It is an object of this invention to recover gold from carbon


Date & time Oct 29

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Gold-loaded solution 15 is then passed to solids-liq- 'uid separation means such as filter 18 to remove any suspended carbon activated carbon for goldparticles carried from the column. The solution is cooled to a temperature below its normal boiling point by heat exchange means 19, which may be water cooled as indicated on the drawing, and passed from the desorption process through pressure reducing valve 20. Gold may then be recovered from the cooled solution in a variety of conventionalways but it is preferred to use an electrolytic cell to deposit elemental gold and regenerate the stripping solution for reuse in the process.

Water may be used as the stripping liquid but it is preferred to use dilute aqueous caustic (0.1 to 1.0% sodium hydroxide being appropriate) or dilute aqueous caustic cyanide solutions. Since the carbon was exposed to a dilute caustic cyanide solution during adsorption, water will dissolve caustic and cyanide carried by the loaded carbon in any event. Temperatures of the process must not be allowed to exceed the decomposition temperature of the adsorbed gold cyanide complex. Such decomposition begins at about 170C with the deposition of elemental gold on the carbon. A preferred desorption temperature is in the range of 150 to 165C with a most preferred operating temperature being about 160C.

The following examples serve to more fully illustrate the invention.

EXAMPLE 1 A series of batch equilibrium tests were performed on carbon loaded with adsorbed gold cyanide at various temperatures using a dilute caustic cyanide solution as the desorbing liquid. The following results were obtained:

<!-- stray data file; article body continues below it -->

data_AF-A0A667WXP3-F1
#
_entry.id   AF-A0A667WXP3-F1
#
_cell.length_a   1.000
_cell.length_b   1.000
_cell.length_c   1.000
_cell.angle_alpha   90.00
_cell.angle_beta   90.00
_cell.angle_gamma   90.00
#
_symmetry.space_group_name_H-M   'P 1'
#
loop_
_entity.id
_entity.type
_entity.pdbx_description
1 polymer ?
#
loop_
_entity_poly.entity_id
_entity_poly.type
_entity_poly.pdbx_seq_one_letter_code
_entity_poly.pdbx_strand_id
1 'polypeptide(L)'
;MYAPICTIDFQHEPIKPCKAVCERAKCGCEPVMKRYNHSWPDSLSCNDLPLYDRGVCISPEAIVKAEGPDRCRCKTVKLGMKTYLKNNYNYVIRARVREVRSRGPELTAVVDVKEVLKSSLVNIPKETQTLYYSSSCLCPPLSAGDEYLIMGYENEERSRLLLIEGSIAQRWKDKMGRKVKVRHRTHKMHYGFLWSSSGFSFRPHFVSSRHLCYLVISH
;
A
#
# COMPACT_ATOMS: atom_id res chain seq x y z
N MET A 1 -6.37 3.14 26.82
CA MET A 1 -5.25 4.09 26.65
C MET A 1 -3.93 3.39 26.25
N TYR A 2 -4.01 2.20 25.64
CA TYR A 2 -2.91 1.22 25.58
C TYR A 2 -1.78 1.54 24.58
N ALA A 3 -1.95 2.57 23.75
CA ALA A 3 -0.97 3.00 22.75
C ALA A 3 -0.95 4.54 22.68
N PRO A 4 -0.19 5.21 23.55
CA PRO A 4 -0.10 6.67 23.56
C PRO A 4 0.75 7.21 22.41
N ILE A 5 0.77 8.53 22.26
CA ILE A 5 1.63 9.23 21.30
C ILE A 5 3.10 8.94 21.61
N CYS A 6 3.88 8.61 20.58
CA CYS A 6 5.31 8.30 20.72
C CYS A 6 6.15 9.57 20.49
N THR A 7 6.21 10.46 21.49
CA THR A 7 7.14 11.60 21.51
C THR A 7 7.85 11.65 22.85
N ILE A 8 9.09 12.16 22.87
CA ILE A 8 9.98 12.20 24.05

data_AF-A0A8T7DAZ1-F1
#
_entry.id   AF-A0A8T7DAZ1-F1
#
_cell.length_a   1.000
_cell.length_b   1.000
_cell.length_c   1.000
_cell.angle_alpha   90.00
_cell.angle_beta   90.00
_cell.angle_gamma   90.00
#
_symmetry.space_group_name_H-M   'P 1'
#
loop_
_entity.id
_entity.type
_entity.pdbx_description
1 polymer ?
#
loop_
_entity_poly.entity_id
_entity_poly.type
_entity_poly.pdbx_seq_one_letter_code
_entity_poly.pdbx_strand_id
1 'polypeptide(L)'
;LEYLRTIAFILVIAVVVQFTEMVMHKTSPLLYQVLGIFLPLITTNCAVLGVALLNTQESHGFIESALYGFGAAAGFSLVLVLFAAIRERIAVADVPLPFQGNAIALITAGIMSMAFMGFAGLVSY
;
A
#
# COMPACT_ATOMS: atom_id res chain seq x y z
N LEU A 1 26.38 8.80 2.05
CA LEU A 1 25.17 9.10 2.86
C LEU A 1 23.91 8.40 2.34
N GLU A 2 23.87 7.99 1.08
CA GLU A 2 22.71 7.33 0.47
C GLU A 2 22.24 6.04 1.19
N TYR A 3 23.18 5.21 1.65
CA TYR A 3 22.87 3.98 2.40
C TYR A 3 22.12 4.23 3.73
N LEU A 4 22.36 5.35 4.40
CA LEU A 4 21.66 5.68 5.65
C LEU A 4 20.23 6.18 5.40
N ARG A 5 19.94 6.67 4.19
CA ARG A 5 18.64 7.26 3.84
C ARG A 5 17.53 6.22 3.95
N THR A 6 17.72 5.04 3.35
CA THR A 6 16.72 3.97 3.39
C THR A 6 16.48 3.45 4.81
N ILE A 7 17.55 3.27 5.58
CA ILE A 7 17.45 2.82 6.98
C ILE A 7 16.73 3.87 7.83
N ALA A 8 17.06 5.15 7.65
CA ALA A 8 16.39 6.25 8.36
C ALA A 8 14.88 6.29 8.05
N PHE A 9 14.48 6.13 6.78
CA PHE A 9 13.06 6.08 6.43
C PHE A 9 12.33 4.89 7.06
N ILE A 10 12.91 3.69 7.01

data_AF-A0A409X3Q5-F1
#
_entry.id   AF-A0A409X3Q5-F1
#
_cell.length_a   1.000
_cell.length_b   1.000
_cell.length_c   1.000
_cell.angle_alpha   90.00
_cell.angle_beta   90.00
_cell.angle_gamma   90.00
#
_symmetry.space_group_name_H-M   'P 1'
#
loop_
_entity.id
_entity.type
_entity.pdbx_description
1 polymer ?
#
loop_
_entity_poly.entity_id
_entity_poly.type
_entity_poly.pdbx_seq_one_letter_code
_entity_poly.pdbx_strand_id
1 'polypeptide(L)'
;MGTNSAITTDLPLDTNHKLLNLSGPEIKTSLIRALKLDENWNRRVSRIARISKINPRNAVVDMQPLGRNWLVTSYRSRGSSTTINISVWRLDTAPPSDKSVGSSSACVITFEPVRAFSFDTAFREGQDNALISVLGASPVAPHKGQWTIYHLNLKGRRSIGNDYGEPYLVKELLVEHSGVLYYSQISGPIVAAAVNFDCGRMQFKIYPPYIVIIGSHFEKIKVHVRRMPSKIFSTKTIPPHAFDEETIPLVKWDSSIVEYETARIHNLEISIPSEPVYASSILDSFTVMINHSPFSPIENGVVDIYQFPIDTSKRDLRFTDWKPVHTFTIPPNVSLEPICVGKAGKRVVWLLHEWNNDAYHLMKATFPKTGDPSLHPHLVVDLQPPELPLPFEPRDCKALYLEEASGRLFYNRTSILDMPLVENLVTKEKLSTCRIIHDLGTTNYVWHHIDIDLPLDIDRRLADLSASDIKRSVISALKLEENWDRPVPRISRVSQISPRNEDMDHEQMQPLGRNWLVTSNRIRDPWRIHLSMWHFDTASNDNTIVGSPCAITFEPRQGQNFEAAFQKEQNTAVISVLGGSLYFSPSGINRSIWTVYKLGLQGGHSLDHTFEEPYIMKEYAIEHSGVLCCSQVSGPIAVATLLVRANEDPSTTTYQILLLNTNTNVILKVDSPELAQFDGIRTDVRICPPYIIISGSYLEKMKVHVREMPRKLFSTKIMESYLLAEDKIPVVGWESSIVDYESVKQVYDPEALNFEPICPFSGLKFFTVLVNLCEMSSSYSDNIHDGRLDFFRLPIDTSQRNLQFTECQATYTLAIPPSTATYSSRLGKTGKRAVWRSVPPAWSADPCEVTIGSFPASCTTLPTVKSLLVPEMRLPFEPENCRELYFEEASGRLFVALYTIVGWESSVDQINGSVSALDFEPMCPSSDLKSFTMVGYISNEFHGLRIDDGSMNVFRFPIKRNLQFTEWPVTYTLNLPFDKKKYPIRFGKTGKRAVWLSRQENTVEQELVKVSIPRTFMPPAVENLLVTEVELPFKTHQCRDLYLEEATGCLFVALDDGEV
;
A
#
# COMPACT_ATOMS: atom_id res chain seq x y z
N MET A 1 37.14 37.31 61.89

Table 1 Temperature Relative Desorption C Rate EXAMPLE 2 Samples of carbon loaded with gold cyanide were obtained from three different gold mills. The samples were placed in a cylindrical column which was provided with heating means capable of providing a controlled temperature of the carbon within the column.

-An aqueous solution of caustic cyanide containing 1.0% sodium hydroxide and 0.1% sodium cyanide was flowed continuously through the column at a tempera- A sample of activated coconut carbon which had been industrially loaded with cyanide-lime gold-bearing solution to about 560 troy ounces of gold per ton of carbon was split into two parts. One sample portion was stripped of its gold in the conventional fashion using an aqueous solution of 0.1% sodium cyanide and 1.0% sodium hydroxide as the stripping liquid. Desorption of this sample portion was accomplished at atmospheric pressure and a temperature which varied from 88 to 94C which approximates the normal boiling point of the stripping liquid.

The other sample portion was desorbed at elevated temperature and pressure; the temperature being maintained within the range of about C to C over most of the stripping cycle. A stripping solution containing 0.4% sodium hydroxide was used in this test. Results are set out in graphical form as FIG. 2 which is a plot of cumulative percentage of gold stripped versus time; Curve A represents results obtained by the practice of this invention while curve B is typical of results obtained by the prior art.

As may be seen from that figure, the rate of gold desorption is dramatically enhanced by use of this invention. At the end of 10.5 hours of stripping, the carbon of curve A assayed 0.35 ounce gold per ton while at the end of 65.5 hours, the carbon of curve B assayed 2.0


The data and examples presented herein are illustrative of the benefits derived from practice of this invention. Minor modifications and changes in technique will be obvious to those experienced in the 

I claim:

1. A method for recovering gold adsorbed on activated carbon in the form of a gold cyanide complex which comprises:

6 wherein the gold-depleted liquid is recycled to the desorption step.

4. The method of claim 3 wherein the liquid is a dilute caustic.

5. The method of claim 3 wherein the liquid is a dilute caustic cyanide.

6. The method of claim 3 wherein the gold content of said gold-loaded carbon is in the range of 250 to 1000 troy ounces of gold per ton of carbon.

7. The method of claim 4 wherein said dilute caustic contains from about 0.1 to 1.0% sodium hydroxide.


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